Hawaiian honeycreepers have lived in the islands' tropical forests for millennia, but the colorful finch-like birds are facing "imminent collapse" on Kauai, experts say.
Rising temperatures on the island are probably responsible, since they allow mosquito-borne diseases to spread across the island's avian community, the study authors say.
As the Earth warms, the areas suitable for mosquitoes — and the diseases they carry — are expanding. Kauai, a mountainous island covered in forest, used to be cool enough to keep diseases such as avian malaria and avian poxvirus at bay. Now the warming climate is pushing mosquito-free zones higher up the mountains, restricting prime honeycreeper habitat to small pockets.
"We suggest that a tipping point has been crossed," wrote lead author Eben Paxton, a research ecologist with the U.S. Geological Survey, and colleagues.
At the current rate of decline, the study predicts "multiple extinctions in the coming decades."
And Kauai may just be the beginning.
On Kauai, forest bird habitat lies much lower in elevation than on other islands, such as Hawaii and Maui. That means the march of mosquitoes into the upper reaches of the birds' habitat has hit Kauai first.
"Kauai represents an early warning for the forest bird communities on the Maui and Hawaii islands, as well as other species around the world that are trapped within a climatic space that is rapidly disappearing," the study authors wrote.
For now at least, the taller mountains of Hawaii and Maui still provide some refuge for certain species of honeycreeper, which generally do not migrate from island to island. According to recent climate change and disease models, however, the temperature will have increased enough to bring disease up to the highest forests by 2100, Paxton said in an interview.
"Already we are seeing declines of other species on Hawaii and Maui Islands," Paxton said. "We think that is, in part, [due to] disease slowly moving up in elevation across all the islands."
In addition to pressures from climate change and disease, the honeycreepers also face competition from non-native birds and from invasive plants that often overtake their usual food sources.
Among birds, Hawaii's forest birds are something of an evolutionary novelty.
More than 5 million years ago, a kind of Asian finch made its way across the ocean and settled on the island chain. As volcanic activity created more islands, the ancestral finches hopped from place to place, establishing new populations that eventually diverged from their founder species over millions of years.
At least 55 species of Hawaiian honeycreepers evolved, including at least one distinct species on each of the Hawaiian islands.
"A lot of people say if Darwin had landed on Hawaii, he would have gotten his theory of evolution much quicker," Paxton said.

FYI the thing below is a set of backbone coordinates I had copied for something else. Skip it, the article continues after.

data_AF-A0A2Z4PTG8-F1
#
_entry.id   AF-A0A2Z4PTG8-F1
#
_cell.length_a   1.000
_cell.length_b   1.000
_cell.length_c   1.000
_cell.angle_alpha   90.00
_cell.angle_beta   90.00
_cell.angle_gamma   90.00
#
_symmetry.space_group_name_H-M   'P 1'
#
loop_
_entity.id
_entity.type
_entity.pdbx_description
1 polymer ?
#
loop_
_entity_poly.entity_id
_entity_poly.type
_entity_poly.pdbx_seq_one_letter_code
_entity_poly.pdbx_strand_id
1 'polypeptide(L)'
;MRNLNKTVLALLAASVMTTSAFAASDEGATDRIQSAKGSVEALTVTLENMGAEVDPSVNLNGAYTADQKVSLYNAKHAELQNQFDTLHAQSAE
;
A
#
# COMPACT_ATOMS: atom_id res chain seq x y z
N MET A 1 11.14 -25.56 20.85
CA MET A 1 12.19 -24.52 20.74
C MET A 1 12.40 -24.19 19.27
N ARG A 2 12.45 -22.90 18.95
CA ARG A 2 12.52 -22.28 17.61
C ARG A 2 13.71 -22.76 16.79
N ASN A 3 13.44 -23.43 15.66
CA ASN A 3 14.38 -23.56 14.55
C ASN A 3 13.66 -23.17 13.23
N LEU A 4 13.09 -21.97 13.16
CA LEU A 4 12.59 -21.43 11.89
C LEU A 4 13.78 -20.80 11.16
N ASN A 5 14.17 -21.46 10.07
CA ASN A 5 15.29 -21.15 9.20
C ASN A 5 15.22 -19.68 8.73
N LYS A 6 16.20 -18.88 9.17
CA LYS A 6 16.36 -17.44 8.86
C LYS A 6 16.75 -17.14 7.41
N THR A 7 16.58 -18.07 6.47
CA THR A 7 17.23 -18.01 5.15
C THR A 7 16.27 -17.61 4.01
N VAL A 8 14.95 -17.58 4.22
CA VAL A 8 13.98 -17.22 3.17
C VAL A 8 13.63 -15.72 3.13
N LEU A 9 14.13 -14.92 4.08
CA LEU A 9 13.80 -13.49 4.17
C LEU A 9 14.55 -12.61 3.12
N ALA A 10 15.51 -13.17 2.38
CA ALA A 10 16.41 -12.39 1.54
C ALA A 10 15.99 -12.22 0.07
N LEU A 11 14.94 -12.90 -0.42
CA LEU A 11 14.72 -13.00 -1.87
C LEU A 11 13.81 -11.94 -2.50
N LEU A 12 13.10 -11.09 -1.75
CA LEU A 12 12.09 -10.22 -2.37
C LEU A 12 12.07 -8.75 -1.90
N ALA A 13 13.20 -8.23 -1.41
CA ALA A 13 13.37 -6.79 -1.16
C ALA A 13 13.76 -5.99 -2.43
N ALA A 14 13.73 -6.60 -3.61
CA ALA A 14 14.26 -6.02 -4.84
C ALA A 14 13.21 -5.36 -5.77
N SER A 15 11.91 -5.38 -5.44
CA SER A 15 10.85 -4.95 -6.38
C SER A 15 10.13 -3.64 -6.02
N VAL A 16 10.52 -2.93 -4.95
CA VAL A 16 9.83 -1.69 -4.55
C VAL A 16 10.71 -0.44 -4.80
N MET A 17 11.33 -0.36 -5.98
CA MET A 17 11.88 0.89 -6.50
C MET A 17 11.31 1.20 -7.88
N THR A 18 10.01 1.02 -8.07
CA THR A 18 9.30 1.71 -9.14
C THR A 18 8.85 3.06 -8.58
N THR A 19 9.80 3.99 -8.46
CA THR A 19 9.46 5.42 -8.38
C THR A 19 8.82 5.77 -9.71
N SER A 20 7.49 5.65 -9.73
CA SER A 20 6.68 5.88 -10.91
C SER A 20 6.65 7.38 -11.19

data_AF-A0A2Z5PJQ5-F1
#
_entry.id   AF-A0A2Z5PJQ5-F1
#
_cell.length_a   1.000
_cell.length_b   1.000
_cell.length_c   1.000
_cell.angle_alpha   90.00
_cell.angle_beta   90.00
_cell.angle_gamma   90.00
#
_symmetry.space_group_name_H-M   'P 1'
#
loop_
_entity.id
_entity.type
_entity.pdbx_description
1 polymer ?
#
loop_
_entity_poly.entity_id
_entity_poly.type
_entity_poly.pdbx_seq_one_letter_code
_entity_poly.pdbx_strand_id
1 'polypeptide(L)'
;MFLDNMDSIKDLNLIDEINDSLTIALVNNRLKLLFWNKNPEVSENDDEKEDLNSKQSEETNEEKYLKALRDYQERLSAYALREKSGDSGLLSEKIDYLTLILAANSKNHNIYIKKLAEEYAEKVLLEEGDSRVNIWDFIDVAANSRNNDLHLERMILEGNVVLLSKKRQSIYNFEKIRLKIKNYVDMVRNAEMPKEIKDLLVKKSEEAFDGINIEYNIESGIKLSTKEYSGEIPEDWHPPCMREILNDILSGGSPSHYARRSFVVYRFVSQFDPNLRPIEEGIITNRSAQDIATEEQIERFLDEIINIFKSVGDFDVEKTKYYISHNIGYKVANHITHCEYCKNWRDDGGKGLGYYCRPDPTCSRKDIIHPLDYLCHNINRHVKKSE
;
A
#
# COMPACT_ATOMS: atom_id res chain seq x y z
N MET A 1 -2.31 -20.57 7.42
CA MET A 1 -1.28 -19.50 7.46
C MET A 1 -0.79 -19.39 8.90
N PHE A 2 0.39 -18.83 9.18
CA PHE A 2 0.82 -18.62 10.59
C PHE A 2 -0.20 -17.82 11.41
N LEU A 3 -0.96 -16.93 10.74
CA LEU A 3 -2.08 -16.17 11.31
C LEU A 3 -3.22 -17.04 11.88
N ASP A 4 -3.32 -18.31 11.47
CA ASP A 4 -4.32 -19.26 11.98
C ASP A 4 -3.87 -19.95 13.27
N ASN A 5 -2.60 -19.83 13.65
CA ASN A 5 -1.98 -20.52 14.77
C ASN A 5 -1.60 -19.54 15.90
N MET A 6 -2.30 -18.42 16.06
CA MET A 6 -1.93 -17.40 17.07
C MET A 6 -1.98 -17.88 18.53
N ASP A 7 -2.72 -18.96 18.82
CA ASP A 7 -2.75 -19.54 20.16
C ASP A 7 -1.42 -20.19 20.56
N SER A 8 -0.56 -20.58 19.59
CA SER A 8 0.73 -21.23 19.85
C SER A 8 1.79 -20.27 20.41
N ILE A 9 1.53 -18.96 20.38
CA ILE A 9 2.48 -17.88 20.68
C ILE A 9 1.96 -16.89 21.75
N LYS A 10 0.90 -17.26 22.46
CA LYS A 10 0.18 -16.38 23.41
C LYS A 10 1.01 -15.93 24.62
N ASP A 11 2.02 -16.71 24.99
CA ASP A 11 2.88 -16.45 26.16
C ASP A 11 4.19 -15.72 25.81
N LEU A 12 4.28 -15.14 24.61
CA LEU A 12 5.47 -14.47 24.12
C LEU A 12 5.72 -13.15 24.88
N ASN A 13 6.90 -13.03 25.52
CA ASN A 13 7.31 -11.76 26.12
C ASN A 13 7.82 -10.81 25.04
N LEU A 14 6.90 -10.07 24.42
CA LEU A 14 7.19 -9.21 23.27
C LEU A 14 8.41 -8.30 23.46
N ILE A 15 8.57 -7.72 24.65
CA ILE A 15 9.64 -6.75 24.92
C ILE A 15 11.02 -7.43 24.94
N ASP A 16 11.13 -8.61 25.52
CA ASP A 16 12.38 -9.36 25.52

Four of the six species currently in decline are found only on Kauai. None are found beyond the Hawaiian Islands.
In the study, researchers counted individual birds among the island's eight native forest bird species, as well as several non-native birds. They documented a 68% average population decline among six species of honeycreepers in their core habitat and a 94% average decline along the periphery of the birds' range.
"We've definitely seen a much more rapid decline in the more recent years," Paxton said. "The rates of decline are increasing."
Since 2000, these two species, along with the 'anianiau and the i'iwi, have experienced such severe range contractions that they are now limited to a remote area of the Alakai Plateau that covers no more than 25 square miles. Another endangered species, the secretive puaiohi, lives in narrow river gorges and was too poorly sampled to count.
But as the honeycreeper populations declined, a different bird, the Kauai 'elepaio, increased by 88% in its core habitat range.
The 'elepaio, a kind of monarch flycatcher, include three different species, including one found on Kauai. These three species have shown a resistance to avian malaria.
Scientists think the 'elepaio owe their immunity to the species' more recent arrival to the Hawaiian islands.
Until about the mid-1800s, mosquitoes and the diseases they carry were unknown to the Hawaiian islands. Over time, the Asian finches that first colonized the island chain might have lost their immunity to avian malaria, while the latecomers retained their natural resistance.
"All of this is new to these birds who lived for millions of years without any vector-borne diseases," Paxton said.
For the honeycreeper family, extinction isn't a new threat.
The birds have seen waves of extinctions over the centuries. When the Polynesians arrived on the Hawaiian islands roughly a thousand years ago, they introduced the rat. Then Europeans brought the black rat, a much more efficient predator. As recent as 12 years ago, the black-faced honeycreeper, the poʻo-uli of Maui, is believed to have gone extinct.
"What's going on on Kauai is a sad story," Paxton said. "There are a number of things that can be done. It may not save all the species, but I think if a big effort was made soon it could save a number of species."
The island's remote and rugged terrain makes traditional mosquito control techniques — such as pesticide spraying — impractical.
Other options include releasing sterilized male mosquitoes or introducing Wolbachia bacteria into the wild mosquito population, which can interfere with malaria infection. Each option, while promising, holds technological, social and financial hurdles, Paxton said.
"I think we can save these birds, but we need to act now," Paxton said. "And if we do, I think we can create a great framework to ensure the persistence of birds on Maui and the Big Island."
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